The project consolidates dispersed operations facilities for a 2,000-acre farm into a single centralized complex. Rooted in the simplicity of regional farm structures and local building traditions, the project challenges accepted design constraints for conventional kit-of-parts utility structures and explores possibilities for passive sustainable strategies based on a nuanced understanding of site and climate. A particular focus on material application, detailing and sourcing includes the use of locally grown bamboo to weave a porous, impact resilient building skin, and cross-grain cut recycled paper pulp panels as acoustical interior wall surfaces.
Milstein Hall is the first new building in over 100 years for the renowned College of Architecture, Art and Planning (AAP) at Cornell University. Rather than creating a new free-standing building Milstein Hall is an addition to the AAP buildings creating a unified complex with continuous levels of indoor and outdoor interconnected spaces. Enclosed by floor-to-ceiling glass and a green roof with 41 skylights, this “upper plate” cantilevers almost 50 feet over University Avenue to establish a relationship with the Foundry, a third existing AAP facility.
Designed by Eero Saarinen, the Morse and Ezra Stiles Colleges are part of Yale’s system of residential colleges. Located on an irregular site at the western edge of the campus, it has an organic geometry, with the two colleges bifurcated by an elevated walk. The renovation focused on the transformation of the student housing mix from single rooms into suites, the provision of 25,000 square feet of student activity space below grade, and the transformation of outdoor hardscapes into a sustainable landscape. The addition is conceived as being unified with the landscape, extending it through the architecture, fusing inside and outside, new and old, and above and below.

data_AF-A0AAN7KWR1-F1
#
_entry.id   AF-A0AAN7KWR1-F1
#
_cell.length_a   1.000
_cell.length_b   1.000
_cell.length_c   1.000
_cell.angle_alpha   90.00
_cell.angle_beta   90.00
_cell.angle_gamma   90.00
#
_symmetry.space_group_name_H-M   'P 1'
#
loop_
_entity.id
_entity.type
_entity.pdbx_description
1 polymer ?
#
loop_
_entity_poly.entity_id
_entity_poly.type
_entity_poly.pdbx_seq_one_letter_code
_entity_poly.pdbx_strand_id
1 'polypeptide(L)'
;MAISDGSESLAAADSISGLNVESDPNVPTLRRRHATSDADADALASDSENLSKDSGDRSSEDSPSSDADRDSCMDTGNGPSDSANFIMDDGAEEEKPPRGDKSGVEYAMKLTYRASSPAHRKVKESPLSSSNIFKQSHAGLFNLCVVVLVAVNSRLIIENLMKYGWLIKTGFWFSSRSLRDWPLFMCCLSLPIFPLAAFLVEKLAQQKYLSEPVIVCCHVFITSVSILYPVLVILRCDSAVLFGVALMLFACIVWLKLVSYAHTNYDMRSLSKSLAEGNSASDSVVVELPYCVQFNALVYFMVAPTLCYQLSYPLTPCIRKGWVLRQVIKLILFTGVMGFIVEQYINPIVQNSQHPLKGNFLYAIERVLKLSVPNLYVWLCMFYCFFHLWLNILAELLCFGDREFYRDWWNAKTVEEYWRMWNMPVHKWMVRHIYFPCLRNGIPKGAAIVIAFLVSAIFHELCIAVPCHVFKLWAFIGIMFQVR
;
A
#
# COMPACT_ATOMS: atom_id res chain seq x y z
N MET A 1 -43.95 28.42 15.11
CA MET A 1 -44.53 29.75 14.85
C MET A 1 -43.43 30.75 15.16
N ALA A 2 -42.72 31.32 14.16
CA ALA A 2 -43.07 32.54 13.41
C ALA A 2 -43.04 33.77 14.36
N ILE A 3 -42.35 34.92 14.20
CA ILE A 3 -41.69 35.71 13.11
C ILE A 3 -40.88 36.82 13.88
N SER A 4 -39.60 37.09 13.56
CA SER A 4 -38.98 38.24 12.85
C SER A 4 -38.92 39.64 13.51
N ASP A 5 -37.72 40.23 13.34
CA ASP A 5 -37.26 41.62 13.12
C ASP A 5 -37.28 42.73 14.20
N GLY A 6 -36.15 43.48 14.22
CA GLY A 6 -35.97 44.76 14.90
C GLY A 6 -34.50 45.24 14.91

The New York Public Library – Exterior Restoration; New York City / Wiss, Janney, Elstner Associates, Inc.
The New York Public Library is considered one of the most important works of the firm of Carrère and Hastings. The design team investigated, recommended treatments, and oversaw a $50 million restoration of the library’s exterior in preparation for its centennial in 2011. The project addressed deteriorated marble facades, fine art sculptures, monumental bronze doors and windows, Monel roofs, and the surrounding ‘approaches’ or plazas. Repairs included cleaning (with soap and water), repointing (using hydraulic lime mortar), and various protective treatments. Over 2,000 carved in-situ marble dutchman patch repairs were executed.
This project is the result of a transformation of an existing metal shop building into a sanctuary and fellowship hall in anticipation of a larger adjacent sanctuary on the same site. The simple original structure is enveloped by a new skin, obscuring and refining the original gabled form. Although a small structure, its bold form makes it visible and recognizable from the interstate which passes nearby.
The new Vancouver Convention Centre West integrates the urban ecosystem at the intersection of a vibrant downtown core and one of the most spectacular natural ecosystems in North America. Certified LEED® Canada Platinum, the project weaves together architecture, interior architecture, and urban design in a unified whole that functions literally as a living part of both the city and the harbor. Urban spaces formed by the building’s landforms mix with landscape and marine ecosystems, transportation modes, retail activity, and civic gatherings. The glass perimeter enclosure provides strong linkages with the urban and environmental context.
- Mary Katherine (Mary Kay) Lanzillotta FAIA, Jury Chair, Hartman-Cox Architects
- Brian Fitzsimmons, AIA, Fitzsimmons Architects
- John Kane, FAIA, Architekton
- William Leddy, FAIA, Leddy Maytum Stacy Architects
- Philip Loheed, AIA, BTA Architects, Inc.
- Robert Maschke, AIA, robert maschke ARCHITECTS inc.
- Douglas L. Milburn Assoc. AIA, Isaksen Glerum Wachter LLC and Becky Joyce Yannes, AIAS Representative, Drexel University
Project descriptions via the AIA.